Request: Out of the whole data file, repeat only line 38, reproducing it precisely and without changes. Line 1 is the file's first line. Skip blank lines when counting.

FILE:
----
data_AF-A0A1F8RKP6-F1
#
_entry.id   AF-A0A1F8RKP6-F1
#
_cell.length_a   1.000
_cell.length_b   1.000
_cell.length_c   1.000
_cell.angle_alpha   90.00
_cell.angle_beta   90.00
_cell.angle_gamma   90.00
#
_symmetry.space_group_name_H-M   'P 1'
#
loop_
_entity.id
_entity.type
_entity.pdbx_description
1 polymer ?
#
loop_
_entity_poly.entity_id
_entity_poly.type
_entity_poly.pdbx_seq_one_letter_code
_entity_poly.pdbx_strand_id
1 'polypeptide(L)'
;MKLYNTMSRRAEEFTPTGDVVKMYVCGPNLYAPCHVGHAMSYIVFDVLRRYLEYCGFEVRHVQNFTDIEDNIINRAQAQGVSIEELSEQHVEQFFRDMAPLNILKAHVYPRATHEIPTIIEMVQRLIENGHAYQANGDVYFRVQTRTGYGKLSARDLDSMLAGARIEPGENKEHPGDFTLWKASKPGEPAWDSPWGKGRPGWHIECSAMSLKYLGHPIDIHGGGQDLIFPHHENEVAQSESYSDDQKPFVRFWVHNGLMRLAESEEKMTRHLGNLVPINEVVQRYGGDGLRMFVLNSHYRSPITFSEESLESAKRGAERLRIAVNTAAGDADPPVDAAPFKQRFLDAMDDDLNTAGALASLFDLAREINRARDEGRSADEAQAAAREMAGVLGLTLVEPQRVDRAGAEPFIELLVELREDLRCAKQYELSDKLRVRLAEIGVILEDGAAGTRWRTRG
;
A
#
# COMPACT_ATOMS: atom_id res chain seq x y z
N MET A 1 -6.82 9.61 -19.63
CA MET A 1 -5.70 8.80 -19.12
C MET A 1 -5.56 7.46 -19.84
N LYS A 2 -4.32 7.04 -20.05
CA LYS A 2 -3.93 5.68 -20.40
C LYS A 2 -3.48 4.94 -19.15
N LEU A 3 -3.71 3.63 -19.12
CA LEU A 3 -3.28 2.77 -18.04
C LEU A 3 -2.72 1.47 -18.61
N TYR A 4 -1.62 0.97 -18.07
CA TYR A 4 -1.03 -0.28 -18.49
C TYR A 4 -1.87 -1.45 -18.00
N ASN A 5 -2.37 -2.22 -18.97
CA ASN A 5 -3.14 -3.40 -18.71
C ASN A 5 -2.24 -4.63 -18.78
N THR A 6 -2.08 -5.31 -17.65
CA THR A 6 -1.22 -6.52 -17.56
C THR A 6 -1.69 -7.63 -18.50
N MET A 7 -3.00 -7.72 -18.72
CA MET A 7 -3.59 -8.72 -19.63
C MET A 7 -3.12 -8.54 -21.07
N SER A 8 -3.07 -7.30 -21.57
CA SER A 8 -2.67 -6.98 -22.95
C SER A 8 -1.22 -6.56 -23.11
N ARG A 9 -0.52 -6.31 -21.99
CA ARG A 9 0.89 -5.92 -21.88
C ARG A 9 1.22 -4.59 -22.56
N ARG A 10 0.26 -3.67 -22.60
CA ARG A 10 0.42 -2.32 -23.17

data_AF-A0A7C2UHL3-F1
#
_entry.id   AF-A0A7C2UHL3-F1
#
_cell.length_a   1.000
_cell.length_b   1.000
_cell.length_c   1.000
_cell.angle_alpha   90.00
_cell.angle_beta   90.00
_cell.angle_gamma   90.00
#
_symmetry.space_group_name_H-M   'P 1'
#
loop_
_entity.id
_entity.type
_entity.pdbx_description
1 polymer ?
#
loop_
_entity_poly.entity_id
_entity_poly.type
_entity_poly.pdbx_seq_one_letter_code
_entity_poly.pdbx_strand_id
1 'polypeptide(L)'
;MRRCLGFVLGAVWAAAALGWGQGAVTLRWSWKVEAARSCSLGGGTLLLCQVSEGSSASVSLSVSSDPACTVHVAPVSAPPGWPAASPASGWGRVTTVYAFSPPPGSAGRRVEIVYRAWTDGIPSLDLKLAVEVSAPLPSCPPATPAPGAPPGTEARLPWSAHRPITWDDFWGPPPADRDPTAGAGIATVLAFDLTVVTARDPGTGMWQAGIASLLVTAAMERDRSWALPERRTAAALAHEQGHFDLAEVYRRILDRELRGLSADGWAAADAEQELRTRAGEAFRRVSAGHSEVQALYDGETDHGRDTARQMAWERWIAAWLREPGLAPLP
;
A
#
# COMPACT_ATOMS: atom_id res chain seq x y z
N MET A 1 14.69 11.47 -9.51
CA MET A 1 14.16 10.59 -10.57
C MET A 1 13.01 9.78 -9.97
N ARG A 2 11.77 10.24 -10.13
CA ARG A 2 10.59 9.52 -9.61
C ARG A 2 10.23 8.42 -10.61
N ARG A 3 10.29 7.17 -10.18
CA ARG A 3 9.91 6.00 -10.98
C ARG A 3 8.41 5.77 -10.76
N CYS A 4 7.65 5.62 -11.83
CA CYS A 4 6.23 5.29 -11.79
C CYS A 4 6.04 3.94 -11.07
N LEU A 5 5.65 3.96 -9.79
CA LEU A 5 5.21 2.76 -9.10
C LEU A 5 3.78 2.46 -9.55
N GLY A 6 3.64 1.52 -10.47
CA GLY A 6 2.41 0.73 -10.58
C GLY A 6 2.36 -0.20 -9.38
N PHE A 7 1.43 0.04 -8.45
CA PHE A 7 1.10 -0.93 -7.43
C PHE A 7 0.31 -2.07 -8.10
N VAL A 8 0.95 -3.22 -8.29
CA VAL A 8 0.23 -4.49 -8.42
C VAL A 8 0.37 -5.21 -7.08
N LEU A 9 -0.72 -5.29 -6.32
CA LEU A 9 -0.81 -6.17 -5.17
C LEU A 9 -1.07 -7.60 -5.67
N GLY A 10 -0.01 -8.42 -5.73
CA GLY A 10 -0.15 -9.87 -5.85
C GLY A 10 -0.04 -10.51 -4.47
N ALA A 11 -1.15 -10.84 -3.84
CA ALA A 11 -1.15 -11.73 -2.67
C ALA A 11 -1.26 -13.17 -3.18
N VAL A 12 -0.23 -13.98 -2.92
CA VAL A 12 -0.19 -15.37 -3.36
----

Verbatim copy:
CA LEU A 3 -3.28 2.77 -18.04